Source : http://foodpoisoningbulletin.com/2014/botulism-outbreak-in-western-alaska/
By Linda Larsen (Aug 21, 2014)
According to Alaska Dispatch News, state officials are investigating a botulism outbreak in Western Alaska. Two people have been sickened and one person died after eating a meal of fermented fish heads. The patients lived in the Yukon-Kuskokwim Delta.
Clostridium botulismSamples of food are being tested, and samples from people who have been sick are being examined for the botulinum toxin. If the death is confirmed as from botulism poisoning, it will be the first death in that state from botulism since 2007. The person who died complained of seeing double and feeling sick after eating the fish.
Botulism toxin is produced by the Clostridium botulinum bacteria. The bacteria grows in anaerobic (no oxygen) conditions, such as in canned low-acid foods. A tiny amount of the toxin is enough to kill a person. Symptoms of botulism poisoning include double and blurred vision, drooping eyelids, and dry or sore throat. The illness quickly progresses to symmetrical descending paralysis and trouble breathing. Quick medical attention can save a person’s life, so if you are experiencing these symptoms, see a doctor immediately.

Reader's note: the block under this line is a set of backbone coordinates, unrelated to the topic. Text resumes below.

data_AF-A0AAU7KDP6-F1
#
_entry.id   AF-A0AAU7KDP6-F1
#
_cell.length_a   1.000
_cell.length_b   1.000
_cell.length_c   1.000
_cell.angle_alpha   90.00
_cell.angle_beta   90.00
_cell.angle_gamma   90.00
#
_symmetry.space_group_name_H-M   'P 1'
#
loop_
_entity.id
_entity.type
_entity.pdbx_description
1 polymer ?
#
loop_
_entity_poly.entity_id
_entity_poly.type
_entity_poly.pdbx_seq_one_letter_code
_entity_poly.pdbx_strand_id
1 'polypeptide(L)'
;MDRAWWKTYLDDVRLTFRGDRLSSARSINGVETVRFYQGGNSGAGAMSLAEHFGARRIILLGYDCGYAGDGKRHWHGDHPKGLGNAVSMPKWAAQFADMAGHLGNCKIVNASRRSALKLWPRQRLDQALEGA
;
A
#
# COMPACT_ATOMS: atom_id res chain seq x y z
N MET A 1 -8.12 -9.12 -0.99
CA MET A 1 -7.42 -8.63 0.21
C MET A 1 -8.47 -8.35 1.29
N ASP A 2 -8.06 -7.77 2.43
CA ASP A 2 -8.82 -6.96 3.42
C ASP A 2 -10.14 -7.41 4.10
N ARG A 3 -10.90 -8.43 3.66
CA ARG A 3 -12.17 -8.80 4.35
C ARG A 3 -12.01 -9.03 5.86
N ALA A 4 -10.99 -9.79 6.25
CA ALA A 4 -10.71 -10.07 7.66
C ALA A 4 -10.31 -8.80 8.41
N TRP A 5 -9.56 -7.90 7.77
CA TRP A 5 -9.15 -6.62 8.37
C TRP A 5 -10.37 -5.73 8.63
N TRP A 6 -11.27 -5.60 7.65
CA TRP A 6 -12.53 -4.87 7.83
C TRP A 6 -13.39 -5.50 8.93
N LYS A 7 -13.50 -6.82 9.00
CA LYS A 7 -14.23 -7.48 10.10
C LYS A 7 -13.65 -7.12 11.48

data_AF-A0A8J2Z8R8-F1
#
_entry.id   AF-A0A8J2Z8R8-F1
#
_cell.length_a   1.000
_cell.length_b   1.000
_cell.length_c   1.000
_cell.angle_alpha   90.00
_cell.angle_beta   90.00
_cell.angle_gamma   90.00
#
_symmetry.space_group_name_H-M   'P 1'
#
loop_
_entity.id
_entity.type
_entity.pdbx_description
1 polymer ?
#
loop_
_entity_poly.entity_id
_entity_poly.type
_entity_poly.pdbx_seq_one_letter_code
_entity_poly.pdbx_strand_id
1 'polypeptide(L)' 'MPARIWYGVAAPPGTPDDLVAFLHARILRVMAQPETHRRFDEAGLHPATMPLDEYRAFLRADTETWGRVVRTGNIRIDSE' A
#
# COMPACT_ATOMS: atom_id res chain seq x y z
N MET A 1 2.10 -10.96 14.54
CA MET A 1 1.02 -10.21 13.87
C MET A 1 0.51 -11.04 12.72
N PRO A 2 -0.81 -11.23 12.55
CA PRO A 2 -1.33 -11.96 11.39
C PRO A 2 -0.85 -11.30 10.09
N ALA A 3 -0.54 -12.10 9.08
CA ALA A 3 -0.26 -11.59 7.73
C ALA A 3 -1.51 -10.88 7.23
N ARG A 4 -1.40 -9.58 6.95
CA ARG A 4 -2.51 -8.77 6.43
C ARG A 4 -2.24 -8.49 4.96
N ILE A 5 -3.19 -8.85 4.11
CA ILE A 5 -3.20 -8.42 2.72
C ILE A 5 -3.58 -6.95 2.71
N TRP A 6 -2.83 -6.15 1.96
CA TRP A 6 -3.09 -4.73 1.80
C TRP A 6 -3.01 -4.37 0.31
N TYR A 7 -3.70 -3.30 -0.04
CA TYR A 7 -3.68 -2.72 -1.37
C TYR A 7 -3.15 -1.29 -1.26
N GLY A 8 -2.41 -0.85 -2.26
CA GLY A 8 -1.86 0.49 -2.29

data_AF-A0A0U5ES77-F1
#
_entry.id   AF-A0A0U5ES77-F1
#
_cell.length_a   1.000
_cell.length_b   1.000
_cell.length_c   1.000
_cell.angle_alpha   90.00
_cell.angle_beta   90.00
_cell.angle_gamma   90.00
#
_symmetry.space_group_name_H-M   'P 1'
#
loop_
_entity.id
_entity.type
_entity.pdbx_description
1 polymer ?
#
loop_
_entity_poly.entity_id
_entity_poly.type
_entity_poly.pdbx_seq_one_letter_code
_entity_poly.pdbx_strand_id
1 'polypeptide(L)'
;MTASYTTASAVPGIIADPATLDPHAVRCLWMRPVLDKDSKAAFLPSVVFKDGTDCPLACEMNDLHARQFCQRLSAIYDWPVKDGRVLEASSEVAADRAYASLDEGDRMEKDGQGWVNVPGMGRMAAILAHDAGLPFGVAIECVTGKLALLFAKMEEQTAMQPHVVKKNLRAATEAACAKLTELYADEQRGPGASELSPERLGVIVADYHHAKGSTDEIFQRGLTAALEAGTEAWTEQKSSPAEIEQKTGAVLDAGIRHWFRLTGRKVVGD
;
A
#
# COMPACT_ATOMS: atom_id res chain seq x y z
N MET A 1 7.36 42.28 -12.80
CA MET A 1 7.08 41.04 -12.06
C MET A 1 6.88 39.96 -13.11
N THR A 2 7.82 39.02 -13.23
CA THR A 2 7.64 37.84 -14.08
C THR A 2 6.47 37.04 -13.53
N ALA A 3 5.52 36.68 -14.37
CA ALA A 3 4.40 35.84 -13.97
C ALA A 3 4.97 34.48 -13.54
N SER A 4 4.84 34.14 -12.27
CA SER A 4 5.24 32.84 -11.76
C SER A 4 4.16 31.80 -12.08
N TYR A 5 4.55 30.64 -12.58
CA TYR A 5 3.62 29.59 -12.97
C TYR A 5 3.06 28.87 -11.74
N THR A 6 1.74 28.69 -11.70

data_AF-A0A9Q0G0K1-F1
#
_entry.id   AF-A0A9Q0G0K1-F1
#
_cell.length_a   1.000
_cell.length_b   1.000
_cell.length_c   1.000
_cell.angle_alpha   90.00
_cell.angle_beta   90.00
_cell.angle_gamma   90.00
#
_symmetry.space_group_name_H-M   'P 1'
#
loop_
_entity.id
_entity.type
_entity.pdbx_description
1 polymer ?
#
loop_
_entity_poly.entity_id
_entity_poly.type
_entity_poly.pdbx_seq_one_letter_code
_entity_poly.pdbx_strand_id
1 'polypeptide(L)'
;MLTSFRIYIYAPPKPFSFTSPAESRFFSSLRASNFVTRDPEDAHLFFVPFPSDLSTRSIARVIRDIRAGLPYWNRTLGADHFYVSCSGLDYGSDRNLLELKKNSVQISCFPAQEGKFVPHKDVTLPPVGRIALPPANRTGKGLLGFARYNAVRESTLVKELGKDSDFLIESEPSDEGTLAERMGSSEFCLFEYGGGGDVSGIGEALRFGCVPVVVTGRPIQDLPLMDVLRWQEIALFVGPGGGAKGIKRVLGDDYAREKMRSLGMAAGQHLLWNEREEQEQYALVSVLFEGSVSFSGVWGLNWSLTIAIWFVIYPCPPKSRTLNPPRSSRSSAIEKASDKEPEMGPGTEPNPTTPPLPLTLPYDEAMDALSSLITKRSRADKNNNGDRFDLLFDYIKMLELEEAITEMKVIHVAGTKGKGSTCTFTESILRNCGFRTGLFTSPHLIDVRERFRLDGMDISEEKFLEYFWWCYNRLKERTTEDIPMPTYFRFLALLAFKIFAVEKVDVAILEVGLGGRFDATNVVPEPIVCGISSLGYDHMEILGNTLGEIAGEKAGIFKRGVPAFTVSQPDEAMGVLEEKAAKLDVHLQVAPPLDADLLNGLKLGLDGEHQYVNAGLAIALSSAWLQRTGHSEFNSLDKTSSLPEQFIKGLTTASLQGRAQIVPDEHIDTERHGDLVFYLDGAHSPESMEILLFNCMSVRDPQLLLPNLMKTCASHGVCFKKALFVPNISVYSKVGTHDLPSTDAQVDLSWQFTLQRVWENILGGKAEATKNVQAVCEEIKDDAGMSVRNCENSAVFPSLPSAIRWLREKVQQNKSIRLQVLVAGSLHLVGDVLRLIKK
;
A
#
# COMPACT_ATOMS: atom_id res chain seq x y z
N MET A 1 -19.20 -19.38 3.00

A 2011 report titled “Botulism in the North” states that the traditional food of fermented fish heads, called “fermented stink heads” is a botulism risk. The fish used to be aged in grass or straw, but is now aged in plastic or glass containers that increase the risk of contamination. The report states that the fish are not actually “fermented”, but are aged by putrefaction or advanced decomposition of proteins and fat.

Russian McDonald’s outlets probed after food safety complaints
Source : http://www.thestar.com/business/2014/08/21/russian_mcdonalds_outlets_probed_after_food_safety_complaints.html
By The Associated Press (Aug 21 2014)